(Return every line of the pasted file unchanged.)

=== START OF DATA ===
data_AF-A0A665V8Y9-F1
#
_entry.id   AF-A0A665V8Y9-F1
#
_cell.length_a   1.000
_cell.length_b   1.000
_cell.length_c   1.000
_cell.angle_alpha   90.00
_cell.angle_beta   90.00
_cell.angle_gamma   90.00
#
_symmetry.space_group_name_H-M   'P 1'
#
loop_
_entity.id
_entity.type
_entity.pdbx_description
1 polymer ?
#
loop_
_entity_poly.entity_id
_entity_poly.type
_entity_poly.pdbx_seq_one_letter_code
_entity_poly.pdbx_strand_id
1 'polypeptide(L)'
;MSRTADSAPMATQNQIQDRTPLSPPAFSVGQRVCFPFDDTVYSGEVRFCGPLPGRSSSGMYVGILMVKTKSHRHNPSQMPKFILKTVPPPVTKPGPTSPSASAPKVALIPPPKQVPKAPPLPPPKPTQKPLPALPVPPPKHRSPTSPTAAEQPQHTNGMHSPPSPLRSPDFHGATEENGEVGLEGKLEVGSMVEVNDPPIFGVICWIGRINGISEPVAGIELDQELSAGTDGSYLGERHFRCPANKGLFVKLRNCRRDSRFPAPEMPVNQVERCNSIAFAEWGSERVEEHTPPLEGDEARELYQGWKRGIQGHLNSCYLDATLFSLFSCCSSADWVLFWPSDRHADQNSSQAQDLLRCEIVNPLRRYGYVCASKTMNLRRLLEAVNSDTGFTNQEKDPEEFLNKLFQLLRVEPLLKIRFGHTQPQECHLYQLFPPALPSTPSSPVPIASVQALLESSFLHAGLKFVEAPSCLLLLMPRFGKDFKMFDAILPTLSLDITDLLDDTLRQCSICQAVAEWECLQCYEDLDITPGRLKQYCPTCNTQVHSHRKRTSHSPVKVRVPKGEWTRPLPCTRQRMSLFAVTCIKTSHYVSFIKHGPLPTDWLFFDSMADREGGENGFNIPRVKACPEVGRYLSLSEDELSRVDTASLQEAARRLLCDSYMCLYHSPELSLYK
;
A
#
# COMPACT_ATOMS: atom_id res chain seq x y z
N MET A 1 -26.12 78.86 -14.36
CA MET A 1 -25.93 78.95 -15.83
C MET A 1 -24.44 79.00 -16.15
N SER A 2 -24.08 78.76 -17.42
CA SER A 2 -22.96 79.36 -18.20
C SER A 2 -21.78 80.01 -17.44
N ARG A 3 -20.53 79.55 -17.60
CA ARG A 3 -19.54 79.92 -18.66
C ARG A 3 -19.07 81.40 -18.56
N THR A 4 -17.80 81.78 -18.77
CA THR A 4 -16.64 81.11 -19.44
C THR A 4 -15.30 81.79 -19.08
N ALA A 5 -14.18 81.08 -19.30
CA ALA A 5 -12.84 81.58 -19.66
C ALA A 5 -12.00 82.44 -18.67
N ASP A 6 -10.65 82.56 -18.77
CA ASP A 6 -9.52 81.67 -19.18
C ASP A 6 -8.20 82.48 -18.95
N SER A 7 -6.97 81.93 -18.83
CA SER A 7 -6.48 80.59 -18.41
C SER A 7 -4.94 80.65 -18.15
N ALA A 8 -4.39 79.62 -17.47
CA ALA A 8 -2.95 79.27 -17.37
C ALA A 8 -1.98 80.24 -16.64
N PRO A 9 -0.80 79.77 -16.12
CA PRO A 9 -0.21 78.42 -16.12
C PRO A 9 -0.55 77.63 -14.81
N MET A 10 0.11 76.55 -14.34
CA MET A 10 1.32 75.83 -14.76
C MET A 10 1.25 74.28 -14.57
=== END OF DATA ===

data_AF-A0A665V8Y9-F1
#
_entry.id   AF-A0A665V8Y9-F1
#
_cell.length_a   1.000
_cell.length_b   1.000
_cell.length_c   1.000
_cell.angle_alpha   90.00
_cell.angle_beta   90.00
_cell.angle_gamma   90.00
#
_symmetry.space_group_name_H-M   'P 1'
#
loop_
_entity.id
_entity.type
_entity.pdbx_description
1 polymer ?
#
loop_
_entity_poly.entity_id
_entity_poly.type
_entity_poly.pdbx_seq_one_letter_code
_entity_poly.pdbx_strand_id
1 'polypeptide(L)'
;MSRTADSAPMATQNQIQDRTPLSPPAFSVGQRVCFPFDDTVYSGEVRFCGPLPGRSSSGMYVGILMVKTKSHRHNPSQMPKFILKTVPPPVTKPGPTSPSASAPKVALIPPPKQVPKAPPLPPPKPTQKPLPALPVPPPKHRSPTSPTAAEQPQHTNGMHSPPSPLRSPDFHGATEENGEVGLEGKLEVGSMVEVNDPPIFGVICWIGRINGISEPVAGIELDQELSAGTDGSYLGERHFRCPANKGLFVKLRNCRRDSRFPAPEMPVNQVERCNSIAFAEWGSERVEEHTPPLEGDEARELYQGWKRGIQGHLNSCYLDATLFSLFSCCSSADWVLFWPSDRHADQNSSQAQDLLRCEIVNPLRRYGYVCASKTMNLRRLLEAVNSDTGFTNQEKDPEEFLNKLFQLLRVEPLLKIRFGHTQPQECHLYQLFPPALPSTPSSPVPIASVQALLESSFLHAGLKFVEAPSCLLLLMPRFGKDFKMFDAILPTLSLDITDLLDDTLRQCSICQAVAEWECLQCYEDLDITPGRLKQYCPTCNTQVHSHRKRTSHSPVKVRVPKGEWTRPLPCTRQRMSLFAVTCIKTSHYVSFIKHGPLPTDWLFFDSMADREGGENGFNIPRVKACPEVGRYLSLSEDELSRVDTASLQEAARRLLCDSYMCLYHSPELSLYK
;
A
#
# COMPACT_ATOMS: atom_id res chain seq x y z
N MET A 1 -26.12 78.86 -14.36
CA MET A 1 -25.93 78.95 -15.83
C MET A 1 -24.44 79.00 -16.15
N SER A 2 -24.08 78.76 -17.42
CA SER A 2 -22.96 79.36 -18.20
C SER A 2 -21.78 80.01 -17.44
N ARG A 3 -20.53 79.55 -17.60
CA ARG A 3 -19.54 79.92 -18.66
C ARG A 3 -19.07 81.40 -18.56
N THR A 4 -17.80 81.78 -18.77
CA THR A 4 -16.64 81.11 -19.44
C THR A 4 -15.30 81.79 -19.08
N ALA A 5 -14.18 81.08 -19.30
CA ALA A 5 -12.84 81.58 -19.66
C ALA A 5 -12.00 82.44 -18.67
N ASP A 6 -10.65 82.56 -18.77
CA ASP A 6 -9.52 81.67 -19.18
C ASP A 6 -8.20 82.48 -18.95
N SER A 7 -6.97 81.93 -18.83
CA SER A 7 -6.48 80.59 -18.41
C SER A 7 -4.94 80.65 -18.15
N ALA A 8 -4.39 79.62 -17.47
CA ALA A 8 -2.95 79.27 -17.37
C ALA A 8 -1.98 80.24 -16.64
N PRO A 9 -0.80 79.77 -16.12
CA PRO A 9 -0.21 78.42 -16.12
C PRO A 9 -0.55 77.63 -14.81
N MET A 10 0.11 76.55 -14.34
CA MET A 10 1.32 75.83 -14.76
C MET A 10 1.25 74.28 -14.57